With the definition of a mainstream zero-carbon target having fluctuated between governments, the industry is now likely to struggle to hit the standard by 2016

Debbie Aplin

Asked to speak on whether the mainstream zero-carbon home would ever happen at last month’s Ecobuild conference, my thoughts went immediately to what the definition of a zero-carbon home is, and then to how this target came about. As it stands, the government is currently consulting on exemptions from zero-carbon targets for small sites, as well as “allowable solutions” (which would allow housebuilders to offset carbon developments off site), but there is a long history of debate around the definition.

In December 2006, the Labour government committed to the target that from 2016 all new homes would be zero carbon, also introducing the Code for Sustainable Homes (CfSH) - a code against which the sustainability of new homes could be rated. This pledge was affirmed in the “Building a greener future policy statement” in 2007, which proposed progressive tightening of the building regulations to achieve the 2016 goal - first by 25% in 2010 and then by 44% in 2013. Next came the Climate Change Act which was introduced in the UK in 2008, creating a long-term, legally binding framework for tackling climate change which was further defined in The Carbon Plan strategy, published in December 2011.

Despite almost a decade of legislation and targets focusing on the zero-carbon home, the definition is still being debated. Originally thought to be a home achieving Level 6 of CfSH, this definition was changed in the 2011 Budget, when the coalition government reaffirmed the post-2016 commitment. The current definition is a home where CO2 emissions from regulated energy use are limited or mitigated by a combination of three factors (the first two of which are known as “carbon compliance” standards):

1) Achieving minimum Fabric Energy Efficiency Standards based on space heating and cooling:

  • 39 kWh/m2/year for apartments and mid-terraced houses
  • 46 kWh/m2/year for end of terrace, semi-detached and detached houses

2) Using low and zero-carbon technologies and connected heat networks to limit on site built emissions:

  • 10 kg CO2(eq)/m2/year for detached houses
  • 11 kg CO2(eq)/m2/year for attached houses
  • 14 kg CO2(eq)/m2/year for low-rise apartments

3) Where it is not possible to reduce the regulated CO2 emissions to zero using these on-site measures, the remaining carbon emissions can be mitigated through allowable off-site solutions. What constitutes these “allowable solutions” has yet to be finalised, but it may involve the developer making payments of a certain amount per tonne of CO2 over a 30-year period.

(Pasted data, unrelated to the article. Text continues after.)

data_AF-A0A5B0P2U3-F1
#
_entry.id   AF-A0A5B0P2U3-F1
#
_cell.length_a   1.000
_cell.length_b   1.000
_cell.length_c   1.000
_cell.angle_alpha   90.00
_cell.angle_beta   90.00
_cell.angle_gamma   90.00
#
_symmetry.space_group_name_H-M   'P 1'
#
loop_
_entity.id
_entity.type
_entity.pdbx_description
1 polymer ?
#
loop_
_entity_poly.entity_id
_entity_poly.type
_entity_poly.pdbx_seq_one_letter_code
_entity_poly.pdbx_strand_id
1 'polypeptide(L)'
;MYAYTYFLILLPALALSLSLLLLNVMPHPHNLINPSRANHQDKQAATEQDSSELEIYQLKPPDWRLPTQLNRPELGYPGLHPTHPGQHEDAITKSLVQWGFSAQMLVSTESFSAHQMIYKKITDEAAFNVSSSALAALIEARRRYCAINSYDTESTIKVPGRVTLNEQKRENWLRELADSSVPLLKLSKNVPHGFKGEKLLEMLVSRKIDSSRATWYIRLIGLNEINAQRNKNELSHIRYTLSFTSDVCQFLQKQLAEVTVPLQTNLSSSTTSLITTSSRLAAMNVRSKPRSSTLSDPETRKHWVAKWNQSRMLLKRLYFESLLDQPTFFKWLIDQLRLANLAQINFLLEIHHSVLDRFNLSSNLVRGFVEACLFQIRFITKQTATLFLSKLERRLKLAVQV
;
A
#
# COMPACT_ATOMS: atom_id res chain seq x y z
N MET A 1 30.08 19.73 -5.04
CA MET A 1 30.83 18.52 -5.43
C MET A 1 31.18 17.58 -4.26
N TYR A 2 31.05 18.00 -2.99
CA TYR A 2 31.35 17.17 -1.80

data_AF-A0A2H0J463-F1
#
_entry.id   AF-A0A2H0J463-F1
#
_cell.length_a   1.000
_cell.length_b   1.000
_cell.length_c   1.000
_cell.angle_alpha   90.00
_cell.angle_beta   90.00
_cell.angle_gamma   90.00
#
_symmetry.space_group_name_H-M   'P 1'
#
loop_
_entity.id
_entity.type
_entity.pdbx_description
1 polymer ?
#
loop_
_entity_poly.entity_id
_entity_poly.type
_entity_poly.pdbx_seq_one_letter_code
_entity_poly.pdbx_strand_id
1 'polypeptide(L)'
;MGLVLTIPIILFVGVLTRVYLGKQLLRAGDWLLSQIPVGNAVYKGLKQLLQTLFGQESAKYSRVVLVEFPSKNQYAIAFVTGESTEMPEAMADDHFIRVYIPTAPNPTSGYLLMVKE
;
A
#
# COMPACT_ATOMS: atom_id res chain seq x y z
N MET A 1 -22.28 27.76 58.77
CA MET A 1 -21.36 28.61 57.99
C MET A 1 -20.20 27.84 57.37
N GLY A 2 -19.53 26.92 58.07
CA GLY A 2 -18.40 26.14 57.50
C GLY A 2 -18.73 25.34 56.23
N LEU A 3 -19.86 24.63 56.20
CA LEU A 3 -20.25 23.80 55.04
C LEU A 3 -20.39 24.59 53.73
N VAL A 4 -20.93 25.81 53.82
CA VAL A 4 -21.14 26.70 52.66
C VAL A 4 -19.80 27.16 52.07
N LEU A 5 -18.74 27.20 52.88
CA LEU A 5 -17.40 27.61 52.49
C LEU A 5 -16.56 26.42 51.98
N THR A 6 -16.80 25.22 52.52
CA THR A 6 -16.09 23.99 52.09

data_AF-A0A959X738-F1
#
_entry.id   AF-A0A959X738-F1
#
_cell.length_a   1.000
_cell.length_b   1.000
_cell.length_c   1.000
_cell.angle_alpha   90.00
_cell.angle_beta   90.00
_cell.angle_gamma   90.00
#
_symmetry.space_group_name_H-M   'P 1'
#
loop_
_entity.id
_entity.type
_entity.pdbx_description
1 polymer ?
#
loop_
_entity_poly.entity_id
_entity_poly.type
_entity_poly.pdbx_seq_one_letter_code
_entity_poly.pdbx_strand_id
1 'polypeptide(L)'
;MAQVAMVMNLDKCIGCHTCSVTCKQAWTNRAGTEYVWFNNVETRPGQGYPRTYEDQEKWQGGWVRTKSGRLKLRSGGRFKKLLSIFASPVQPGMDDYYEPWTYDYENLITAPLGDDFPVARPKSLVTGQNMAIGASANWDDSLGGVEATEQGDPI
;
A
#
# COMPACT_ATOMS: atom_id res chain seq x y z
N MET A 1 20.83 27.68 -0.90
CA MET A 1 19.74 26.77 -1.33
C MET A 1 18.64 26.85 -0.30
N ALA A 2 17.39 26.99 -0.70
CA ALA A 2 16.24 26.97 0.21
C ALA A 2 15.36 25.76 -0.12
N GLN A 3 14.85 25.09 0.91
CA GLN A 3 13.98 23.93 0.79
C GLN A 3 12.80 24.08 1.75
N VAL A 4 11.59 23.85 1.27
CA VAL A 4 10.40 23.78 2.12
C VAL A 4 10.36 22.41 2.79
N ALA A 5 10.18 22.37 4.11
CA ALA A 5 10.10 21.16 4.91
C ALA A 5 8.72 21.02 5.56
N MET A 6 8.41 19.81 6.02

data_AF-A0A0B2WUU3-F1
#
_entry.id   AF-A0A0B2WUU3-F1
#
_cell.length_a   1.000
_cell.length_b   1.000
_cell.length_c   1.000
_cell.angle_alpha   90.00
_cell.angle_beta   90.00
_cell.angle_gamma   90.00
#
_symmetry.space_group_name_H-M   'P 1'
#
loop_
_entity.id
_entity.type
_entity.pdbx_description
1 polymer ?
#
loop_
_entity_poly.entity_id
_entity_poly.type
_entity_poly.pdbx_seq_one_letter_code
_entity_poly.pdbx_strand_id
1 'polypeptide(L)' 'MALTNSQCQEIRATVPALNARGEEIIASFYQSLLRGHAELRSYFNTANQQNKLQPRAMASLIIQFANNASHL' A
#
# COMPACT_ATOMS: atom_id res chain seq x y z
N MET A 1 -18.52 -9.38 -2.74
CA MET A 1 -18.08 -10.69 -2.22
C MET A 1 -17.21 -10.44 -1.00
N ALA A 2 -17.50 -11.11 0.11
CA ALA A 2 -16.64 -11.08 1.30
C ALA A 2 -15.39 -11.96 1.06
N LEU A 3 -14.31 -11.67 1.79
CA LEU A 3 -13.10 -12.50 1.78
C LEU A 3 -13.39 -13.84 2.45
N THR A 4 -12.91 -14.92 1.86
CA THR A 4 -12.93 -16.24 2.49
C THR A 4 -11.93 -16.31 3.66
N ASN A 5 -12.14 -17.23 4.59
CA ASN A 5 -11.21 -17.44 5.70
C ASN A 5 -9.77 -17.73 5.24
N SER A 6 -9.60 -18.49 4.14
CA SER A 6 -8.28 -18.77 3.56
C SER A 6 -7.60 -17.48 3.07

What is becoming increasingly clear is that the specification and design of our new homes will vary depending on who wins the election. The current government favours building regulations and the definition of a zero-carbon home will depend on the final Part L Approved Document. Having said this, we have had indications that the final definition could be similar to Level 4 of CfSH, with the option of all additional carbon being offset through allowable solutions. Meanwhile, Labour stated in their manifesto that they would revert back to the definition proposed in 2011, although they have not been clear on whether this includes regulated energy (heating, lighting and ventilation) only.

New homes account for just 1% of total housing, so it might be prudent for the new government to turn their attention to improving existing housing stock

Whatever the outcome of the election, as an industry we need to consider what new technologies will be required if we wish to achieve zero-carbon homes through construction. There are so many questions that need to be answered ahead of 2016. For example: will we be manufacturing more products off site in factory conditions, such as windows with air tape barriers so that we can guarantee achieving air leakage targets? How will new technologies such as solar hot water, biomass, photovoltaics, mechanical ventilation systems and district heating systems stand the test of time? What is the cost to the end user? Will manufacturers and home builders invest in zero-carbon innovation? And will we design for future upgrading? Alternatively, would it be acceptable for volume to be achieved through offsetting?

It’s also worth considering that the required standards could be watered down further before 2016, particularly as political pressure increases to build more homes at affordable values in order to meet demand. Equally, current plans do not take into consideration how long-term maintenance or any future alterations to new buildings will be monitored. Interestingly, new homes account for just 1% of the total housing stock, so it might be prudent for the new government to reconsider the overall impact new homes will have on carbon emissions and turn their attention to improving existing housing stock.

Will the mainstream zero-carbon home happen? At Ecobuild, my fellow speakers and I concluded that it would not be achieved through construction methods by 2016 and that the eventual solution would almost certainly require allowable solutions.

Debbie Aplin is managing director of Crest Nicholson Regeneration